Most people will probably agree that there’s nothing wrong with having a little passion in one’s work. Most understand it as an energy that often keeps us focused, that insists on a certain attention to detail. Since their formation in 2003 the members of the Brooklyn-based band Soft, have made a point to distinguish (and simultaneously market) themselves through such patiently engrossed craftsmanship.
Comprised of five friends—vocalist Johnny Reineck, guitarists Vincent Perini and Sam Wheeler, bassist Dino Siampos, and drummer Chris Colley—this shoegazing collective take their time to get things just right. Back in September of 2003 when the band first came together, Soft indulged their musical aspirations by spending over a year holed up in a tiny practice space, working five nights a week writing music, all without making a single live appearance. While their secluded attentiveness would eventually come to fruition with a self-titled EP, by early 2005 the band had already retreated to the studio again to prep their full-length debut. Once more Soft worked compulsively on every aspect of the album, this time spending over two years writing and recording new material.
Gone Faded, the band’s finished product, is a work filled with ethereal melodies and lush production. Unfortunately, Gone Faded is not a testament to hard work, but ultimately how too much fervor in one’s labor can be twisted into something that doesn’t pay off like it should. Soft spent so much time obsessing and perfecting their sound, they never stopped to consider how much of it wasn’t even their own.
When Soft isn’t reproducing the spacey blueprint of Kevin Shields and My Bloody Valentine, the band wades neck deep in the signature style of ‘90s Britpop. Like Aussie rockers Jet when they want to be Oasis instead of AC/DC, Soft come off like they had somehow completed a joint thesis paper on the genius of “Champagne Supernova”. Throughout every one of Gone Faded‘s 11 tracks there isn’t at least one nod to the Gallagher brothers’ influence.
Perhaps the worst offender of particular this banality is the song, “You Make Me Wanna Die”. With an opening guitar riff straight from “Don’t Go Away”, the song skitters along like breaking glass. While other songs are less obvious in their stylistic replication, they are no more culpable in their sonic weakness. Reineck once confessed to reworking and tweaking “Droppin’” countless times before settling on a version he liked. The longest song on the album, “Droppin’” features a minute-long build-up layered with spacey guitar echoes, high-hat chinks, and a grumbling bass-line. But when the arrangement finally decides to go somewhere, it falls numbingly flat with any substantial hook.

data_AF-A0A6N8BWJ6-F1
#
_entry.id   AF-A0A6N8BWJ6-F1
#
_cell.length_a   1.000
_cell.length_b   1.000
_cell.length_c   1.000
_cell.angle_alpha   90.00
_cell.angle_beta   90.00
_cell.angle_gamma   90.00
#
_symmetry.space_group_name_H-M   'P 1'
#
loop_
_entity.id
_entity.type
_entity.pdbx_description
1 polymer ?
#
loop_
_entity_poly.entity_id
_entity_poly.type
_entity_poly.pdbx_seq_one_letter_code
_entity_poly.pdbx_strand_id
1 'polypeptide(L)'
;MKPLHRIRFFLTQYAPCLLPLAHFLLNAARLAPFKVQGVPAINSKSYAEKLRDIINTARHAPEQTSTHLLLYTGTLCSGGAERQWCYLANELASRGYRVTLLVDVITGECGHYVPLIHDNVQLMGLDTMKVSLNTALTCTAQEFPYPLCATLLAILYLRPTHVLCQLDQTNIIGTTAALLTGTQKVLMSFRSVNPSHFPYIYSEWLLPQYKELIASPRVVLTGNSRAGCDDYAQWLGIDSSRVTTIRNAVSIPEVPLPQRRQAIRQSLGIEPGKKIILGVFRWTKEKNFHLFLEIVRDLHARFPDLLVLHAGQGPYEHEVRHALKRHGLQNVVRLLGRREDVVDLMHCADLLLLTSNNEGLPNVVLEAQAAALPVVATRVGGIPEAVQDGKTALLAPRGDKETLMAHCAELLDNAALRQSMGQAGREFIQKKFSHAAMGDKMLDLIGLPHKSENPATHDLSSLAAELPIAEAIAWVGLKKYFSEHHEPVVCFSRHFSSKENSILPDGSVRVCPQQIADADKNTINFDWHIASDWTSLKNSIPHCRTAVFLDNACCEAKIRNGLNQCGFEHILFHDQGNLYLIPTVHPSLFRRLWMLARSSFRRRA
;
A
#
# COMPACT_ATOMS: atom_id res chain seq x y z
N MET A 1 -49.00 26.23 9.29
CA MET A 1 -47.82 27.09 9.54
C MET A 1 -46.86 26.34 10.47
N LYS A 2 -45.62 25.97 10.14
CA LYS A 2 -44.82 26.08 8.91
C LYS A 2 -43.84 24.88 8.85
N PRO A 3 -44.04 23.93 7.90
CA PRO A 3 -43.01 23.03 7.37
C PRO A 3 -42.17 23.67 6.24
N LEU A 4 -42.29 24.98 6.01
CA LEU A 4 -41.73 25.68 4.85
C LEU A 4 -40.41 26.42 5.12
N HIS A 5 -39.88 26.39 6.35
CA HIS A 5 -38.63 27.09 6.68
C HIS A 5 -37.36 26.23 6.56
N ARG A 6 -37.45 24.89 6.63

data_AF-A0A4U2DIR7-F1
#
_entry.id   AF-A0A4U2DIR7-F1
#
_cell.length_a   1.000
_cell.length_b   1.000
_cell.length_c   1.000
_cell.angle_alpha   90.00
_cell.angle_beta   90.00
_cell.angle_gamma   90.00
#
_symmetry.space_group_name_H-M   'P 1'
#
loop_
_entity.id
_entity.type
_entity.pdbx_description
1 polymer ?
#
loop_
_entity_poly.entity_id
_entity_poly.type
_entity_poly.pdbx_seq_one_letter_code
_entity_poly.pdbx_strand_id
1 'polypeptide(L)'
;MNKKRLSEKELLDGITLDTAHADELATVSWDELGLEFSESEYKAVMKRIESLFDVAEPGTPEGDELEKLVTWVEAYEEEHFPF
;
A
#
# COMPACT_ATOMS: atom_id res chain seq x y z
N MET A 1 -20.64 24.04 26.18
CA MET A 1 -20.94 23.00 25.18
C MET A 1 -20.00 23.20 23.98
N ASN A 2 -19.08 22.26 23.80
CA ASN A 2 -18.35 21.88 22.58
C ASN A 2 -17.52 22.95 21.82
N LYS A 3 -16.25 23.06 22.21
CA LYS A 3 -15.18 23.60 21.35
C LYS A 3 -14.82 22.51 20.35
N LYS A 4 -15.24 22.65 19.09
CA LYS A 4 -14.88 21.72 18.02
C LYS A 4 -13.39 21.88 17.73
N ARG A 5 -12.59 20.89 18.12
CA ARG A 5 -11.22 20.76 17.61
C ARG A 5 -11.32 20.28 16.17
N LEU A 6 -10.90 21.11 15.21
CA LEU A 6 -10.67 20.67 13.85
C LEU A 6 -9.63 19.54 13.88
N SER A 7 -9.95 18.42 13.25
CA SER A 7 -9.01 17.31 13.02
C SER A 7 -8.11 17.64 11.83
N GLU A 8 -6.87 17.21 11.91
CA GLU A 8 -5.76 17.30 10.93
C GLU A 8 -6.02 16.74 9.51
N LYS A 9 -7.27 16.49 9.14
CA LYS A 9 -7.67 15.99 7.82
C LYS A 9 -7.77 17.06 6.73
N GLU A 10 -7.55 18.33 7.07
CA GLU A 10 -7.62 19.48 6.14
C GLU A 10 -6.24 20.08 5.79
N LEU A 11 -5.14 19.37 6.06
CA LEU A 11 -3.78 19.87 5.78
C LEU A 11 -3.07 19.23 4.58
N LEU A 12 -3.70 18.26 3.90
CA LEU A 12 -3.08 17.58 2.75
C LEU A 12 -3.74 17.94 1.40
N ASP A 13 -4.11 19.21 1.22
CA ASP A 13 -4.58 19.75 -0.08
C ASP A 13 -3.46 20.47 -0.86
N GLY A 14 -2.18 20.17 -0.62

In some regards, the songs off Gone Faded wouldn’t be so jarringly difficult to listen to if it weren’t for the real crux of the problem: the voice of singer Johnny Reineck. Warbling his vocals like someone who accidentally came in contact with dental Novocain, Reineck sounds like a timid doppelganger of Liam Gallagher. While Liam’s tenacious sneer would undoubtedly approach Soft’s songs in a comprehensible register, and with enough oomph to make them feel as big as they’re supposed to, Reineck shies away from the foreground with an unintelligible whine.
If you do the math, this hard-working quintet spent over three years doing what most bands typically reserve for when they’ve sold millions of records and look to build a certain amount of anticipation for their next effort. While it’s admirable that the members of Soft have such confidence in their work, it won’t carry over to the majority of listeners. Pop music songwriting shouldn’t be about such obsessive perfection. It should be about capturing a great, imperfect moment of audio that has it’s own unique energy. Soft spent so much time playing doctor trying to fix every fault, they wound up leaving their body of work scarred from the treatment.
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// Sound Affects
"The man whose songs were recorded by Johnny Cash, Alan Jackson, Ricky Skaggs, David Allan Coe, The Highwaymen, and countless others succumbs to time’s cruel cue that the only token of permanence we have to offer are the effects of shared moments and memories.READ the article